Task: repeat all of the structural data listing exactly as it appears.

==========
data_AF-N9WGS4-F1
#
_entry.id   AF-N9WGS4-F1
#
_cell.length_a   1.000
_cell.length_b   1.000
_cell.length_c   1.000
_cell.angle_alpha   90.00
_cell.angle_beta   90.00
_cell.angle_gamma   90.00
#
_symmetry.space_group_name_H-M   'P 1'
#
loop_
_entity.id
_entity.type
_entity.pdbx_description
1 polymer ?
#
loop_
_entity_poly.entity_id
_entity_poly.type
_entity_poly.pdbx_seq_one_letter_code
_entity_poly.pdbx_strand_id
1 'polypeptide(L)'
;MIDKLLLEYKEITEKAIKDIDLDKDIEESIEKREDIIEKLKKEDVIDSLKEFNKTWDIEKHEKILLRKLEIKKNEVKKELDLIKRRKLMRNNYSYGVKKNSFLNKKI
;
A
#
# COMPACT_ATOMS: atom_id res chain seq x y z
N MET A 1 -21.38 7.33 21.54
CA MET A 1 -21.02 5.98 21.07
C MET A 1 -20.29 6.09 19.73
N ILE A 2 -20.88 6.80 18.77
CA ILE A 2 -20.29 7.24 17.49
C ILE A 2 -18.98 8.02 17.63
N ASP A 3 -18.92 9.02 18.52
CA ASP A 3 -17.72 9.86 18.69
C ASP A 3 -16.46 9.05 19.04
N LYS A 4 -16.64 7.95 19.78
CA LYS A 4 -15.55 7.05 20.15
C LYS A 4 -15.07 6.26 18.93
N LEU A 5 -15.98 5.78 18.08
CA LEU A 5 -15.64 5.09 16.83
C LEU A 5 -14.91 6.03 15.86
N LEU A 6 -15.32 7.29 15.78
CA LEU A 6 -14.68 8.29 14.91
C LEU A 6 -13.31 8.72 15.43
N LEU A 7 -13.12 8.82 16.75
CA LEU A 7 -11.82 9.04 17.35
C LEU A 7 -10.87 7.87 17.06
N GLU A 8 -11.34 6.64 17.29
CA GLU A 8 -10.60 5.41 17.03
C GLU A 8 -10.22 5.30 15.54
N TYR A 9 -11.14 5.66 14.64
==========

data_AF-N9WGS4-F1
#
_entry.id   AF-N9WGS4-F1
#
_cell.length_a   1.000
_cell.length_b   1.000
_cell.length_c   1.000
_cell.angle_alpha   90.00
_cell.angle_beta   90.00
_cell.angle_gamma   90.00
#
_symmetry.space_group_name_H-M   'P 1'
#
loop_
_entity.id
_entity.type
_entity.pdbx_description
1 polymer ?
#
loop_
_entity_poly.entity_id
_entity_poly.type
_entity_poly.pdbx_seq_one_letter_code
_entity_poly.pdbx_strand_id
1 'polypeptide(L)'
;MIDKLLLEYKEITEKAIKDIDLDKDIEESIEKREDIIEKLKKEDVIDSLKEFNKTWDIEKHEKILLRKLEIKKNEVKKELDLIKRRKLMRNNYSYGVKKNSFLNKKI
;
A
#
# COMPACT_ATOMS: atom_id res chain seq x y z
N MET A 1 -21.38 7.33 21.54
CA MET A 1 -21.02 5.98 21.07
C MET A 1 -20.29 6.09 19.73
N ILE A 2 -20.88 6.80 18.77
CA ILE A 2 -20.29 7.24 17.49
C ILE A 2 -18.98 8.02 17.63
N ASP A 3 -18.92 9.02 18.52
CA ASP A 3 -17.72 9.86 18.69
C ASP A 3 -16.46 9.05 19.04
N LYS A 4 -16.64 7.95 19.78
CA LYS A 4 -15.55 7.05 20.15
C LYS A 4 -15.07 6.26 18.93
N LEU A 5 -15.98 5.78 18.08
CA LEU A 5 -15.64 5.09 16.83
C LEU A 5 -14.91 6.03 15.86
N LEU A 6 -15.32 7.29 15.78
CA LEU A 6 -14.68 8.29 14.91
C LEU A 6 -13.31 8.72 15.43
N LEU A 7 -13.12 8.82 16.75
CA LEU A 7 -11.82 9.04 17.35
C LEU A 7 -10.87 7.87 17.06
N GLU A 8 -11.34 6.64 17.29
CA GLU A 8 -10.60 5.41 17.03
C GLU A 8 -10.22 5.30 15.54
N TYR A 9 -11.14 5.66 14.64